The Financial Times runs an annual seasonal appeal for a chosen charity. The appeal covers the charity’s work in the FT throughout December and January to raise money and increase awareness. Our appeals focus on emerging and innovative charities for whom the funds raised will make a significant difference.
The FT’s 2015/16 seasonal appeal partner is Stop the Traffik, a global charity working to prevent human trafficking and disrupt its supply chains around the world. Since 2006, we have raised over £16m for our charity partners.
Applications for the next appeal open in February 2016 and the deadline is 30th April 2016. Entry information is below.
Read some of our previous Seasonal Appeal articles.
How to apply
There is no formal application form. We simply require:
- an explanation in 140 characters or less why the FT should choose your charity as its appeal partner
- the key message you’d like to communicate to FT readers, summarised in 50 characters or less
- a letter explaining how your charity meets the application criteria below
- any supporting material you feel is necessary
Applications can be addressed to the FT Seasonal Appeal Committee and emailed to firstname.lastname@example.org.
- 1st Feb: application process opens
- 30th April: deadline for charity applications
- 31st May: we select a short list of charities to be interviewed
- 30th June: we put forward two/three charities to a staff vote
- 30th July: we announce the appeal charity
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Charities that apply must:
- possess a philosophy that fits the FT brand: innovative, leaders in their field, global, trustworthy and honest in their approach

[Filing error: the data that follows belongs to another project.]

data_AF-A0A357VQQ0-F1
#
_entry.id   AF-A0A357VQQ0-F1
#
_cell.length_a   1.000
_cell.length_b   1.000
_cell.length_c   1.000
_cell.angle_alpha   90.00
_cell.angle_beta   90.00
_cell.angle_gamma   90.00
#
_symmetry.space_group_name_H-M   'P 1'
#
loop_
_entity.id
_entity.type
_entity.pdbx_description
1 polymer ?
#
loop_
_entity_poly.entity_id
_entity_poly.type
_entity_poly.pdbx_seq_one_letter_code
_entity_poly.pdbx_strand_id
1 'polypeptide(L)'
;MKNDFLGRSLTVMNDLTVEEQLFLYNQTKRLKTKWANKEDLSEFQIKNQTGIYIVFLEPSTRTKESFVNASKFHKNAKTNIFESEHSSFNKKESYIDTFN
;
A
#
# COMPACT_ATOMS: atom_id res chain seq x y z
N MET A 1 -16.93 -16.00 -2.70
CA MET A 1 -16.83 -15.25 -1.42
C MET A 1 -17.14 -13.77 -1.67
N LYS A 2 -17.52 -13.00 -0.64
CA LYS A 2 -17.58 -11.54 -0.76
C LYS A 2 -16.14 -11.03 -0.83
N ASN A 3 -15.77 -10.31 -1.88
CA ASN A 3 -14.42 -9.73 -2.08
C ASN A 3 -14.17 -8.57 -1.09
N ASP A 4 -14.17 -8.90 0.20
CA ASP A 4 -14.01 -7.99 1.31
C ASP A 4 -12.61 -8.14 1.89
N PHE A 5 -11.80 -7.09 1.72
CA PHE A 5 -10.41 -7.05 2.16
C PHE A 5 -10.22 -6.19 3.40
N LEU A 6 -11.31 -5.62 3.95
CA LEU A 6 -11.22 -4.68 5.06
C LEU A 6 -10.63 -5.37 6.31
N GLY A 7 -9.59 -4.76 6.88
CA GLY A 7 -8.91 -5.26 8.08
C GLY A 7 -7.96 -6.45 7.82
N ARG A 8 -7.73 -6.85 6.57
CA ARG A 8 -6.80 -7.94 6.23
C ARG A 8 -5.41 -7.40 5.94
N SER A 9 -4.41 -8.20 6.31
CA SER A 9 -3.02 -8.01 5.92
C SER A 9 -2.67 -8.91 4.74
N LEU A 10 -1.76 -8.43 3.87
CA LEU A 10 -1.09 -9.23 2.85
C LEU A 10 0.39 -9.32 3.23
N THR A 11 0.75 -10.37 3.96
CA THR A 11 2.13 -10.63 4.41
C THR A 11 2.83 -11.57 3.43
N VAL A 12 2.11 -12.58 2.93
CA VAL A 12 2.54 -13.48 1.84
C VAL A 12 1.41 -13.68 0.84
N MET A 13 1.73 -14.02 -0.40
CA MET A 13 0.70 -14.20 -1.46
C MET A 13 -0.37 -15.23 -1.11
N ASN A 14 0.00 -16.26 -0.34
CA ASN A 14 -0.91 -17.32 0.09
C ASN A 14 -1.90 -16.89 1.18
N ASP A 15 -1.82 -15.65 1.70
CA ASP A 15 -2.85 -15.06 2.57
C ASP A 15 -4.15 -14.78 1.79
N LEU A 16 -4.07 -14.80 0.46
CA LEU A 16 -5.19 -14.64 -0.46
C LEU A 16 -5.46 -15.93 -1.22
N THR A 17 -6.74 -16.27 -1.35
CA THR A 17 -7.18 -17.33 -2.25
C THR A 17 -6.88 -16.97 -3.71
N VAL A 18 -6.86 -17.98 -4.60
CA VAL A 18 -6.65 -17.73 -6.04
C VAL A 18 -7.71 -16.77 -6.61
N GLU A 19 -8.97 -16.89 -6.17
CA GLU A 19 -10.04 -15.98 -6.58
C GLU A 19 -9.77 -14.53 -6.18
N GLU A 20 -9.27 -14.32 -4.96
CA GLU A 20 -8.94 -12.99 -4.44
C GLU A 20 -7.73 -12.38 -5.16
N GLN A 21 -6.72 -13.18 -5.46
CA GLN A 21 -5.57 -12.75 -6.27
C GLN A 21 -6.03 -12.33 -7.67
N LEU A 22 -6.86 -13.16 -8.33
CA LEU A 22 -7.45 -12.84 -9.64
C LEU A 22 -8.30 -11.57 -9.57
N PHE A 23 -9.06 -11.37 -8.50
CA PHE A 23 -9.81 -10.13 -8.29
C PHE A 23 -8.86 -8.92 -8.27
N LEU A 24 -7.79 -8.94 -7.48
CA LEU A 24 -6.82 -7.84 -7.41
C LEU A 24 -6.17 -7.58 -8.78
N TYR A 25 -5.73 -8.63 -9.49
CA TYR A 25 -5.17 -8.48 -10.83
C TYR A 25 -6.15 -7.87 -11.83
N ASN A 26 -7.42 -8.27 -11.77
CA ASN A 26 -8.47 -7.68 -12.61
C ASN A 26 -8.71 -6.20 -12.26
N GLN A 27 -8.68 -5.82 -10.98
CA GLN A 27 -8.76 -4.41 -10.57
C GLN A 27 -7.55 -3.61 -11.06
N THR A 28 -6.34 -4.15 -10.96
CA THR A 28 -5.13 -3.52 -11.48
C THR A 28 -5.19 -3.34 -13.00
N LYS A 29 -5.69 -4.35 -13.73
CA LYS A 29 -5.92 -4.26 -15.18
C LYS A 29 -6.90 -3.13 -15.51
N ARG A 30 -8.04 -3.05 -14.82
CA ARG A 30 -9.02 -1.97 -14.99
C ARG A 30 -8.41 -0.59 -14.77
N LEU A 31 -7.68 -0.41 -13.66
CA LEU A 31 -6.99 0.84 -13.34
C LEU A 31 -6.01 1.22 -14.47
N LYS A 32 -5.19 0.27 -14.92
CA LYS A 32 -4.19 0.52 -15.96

- be able to generate a large body of compelling news stories and features
- be able to cope with – and benefit from – the huge amount of publicity the FT campaign will generate
- have strong governance and accountability structures
- be able to leverage the FT’s fundraising; for example, through pledges to match our donations
- be registered with charitable status in both the UK and the US
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If you have any questions or need further information, please contact Megan Dold or Georgia Mason at:
- Financial Times, One Southwark Bridge, London SE1 9HL
- +44 (0) 20 7873 4241
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International Rescue Committee
The FT’s 2014/15 appeal in aid of the International Rescue Committee (IRC), a global charity that saves and rebuilds lives in the wake of conflict and disaster, raised over £2m.
World Child Cancer
The FT’s 2013/14 appeal in aid of World Child Cancer, the London-based charity that helps treat sick children in some of the poorest countries, raised £3m.
Global Fund for Children
The FT’s 2012/13 appeal in aid of The Global Fund for Children, which works to transform the lives of the world’s most vulnerable children, raised $4.89m.
The 2011/2012 appeal raised £3.34 million for international development charity Sightsavers. The funds raised will support Sightsavers in delivering its vision of a world where no one is blind from avoidable causes and where visually impaired people participate equally in society. Direct reader donations raised £2.5m with match funding. A photography auction at London’s Getty Images Gallery and an online auction of dinners with FT writers raised £165,408. In addition, the charitable global workforce of Standard Chartered donated their last hour’s pay for 2011, bringing in a further £406,599 towards Sightsavers work.
Action Against Hunger
The 2010/11 appeal in support of Action Against Hunger raised $1.6 million. The charity works to save the lives of millions of malnourished children in over 40 of the world’s poorest countries. Read the FT’s coverage of the charity’s work.
Room to Read
Our 2009/10 appeal, we raised £2,689,833 ($4.3 million) for Room to Read, which supports child literacy in the developing world.
Our 2008/9 appeal was based for the first time on a vote by FT employees. We raised £167,000 for WaterAid, which focuses on water, sanitation and hygiene education.
The 2005/6 and 2007/8 appeals were both for Camfed International, raising £529,404 in the first year and £1,638,963 in the second. Camfed International supports the education of poor girls in Africa.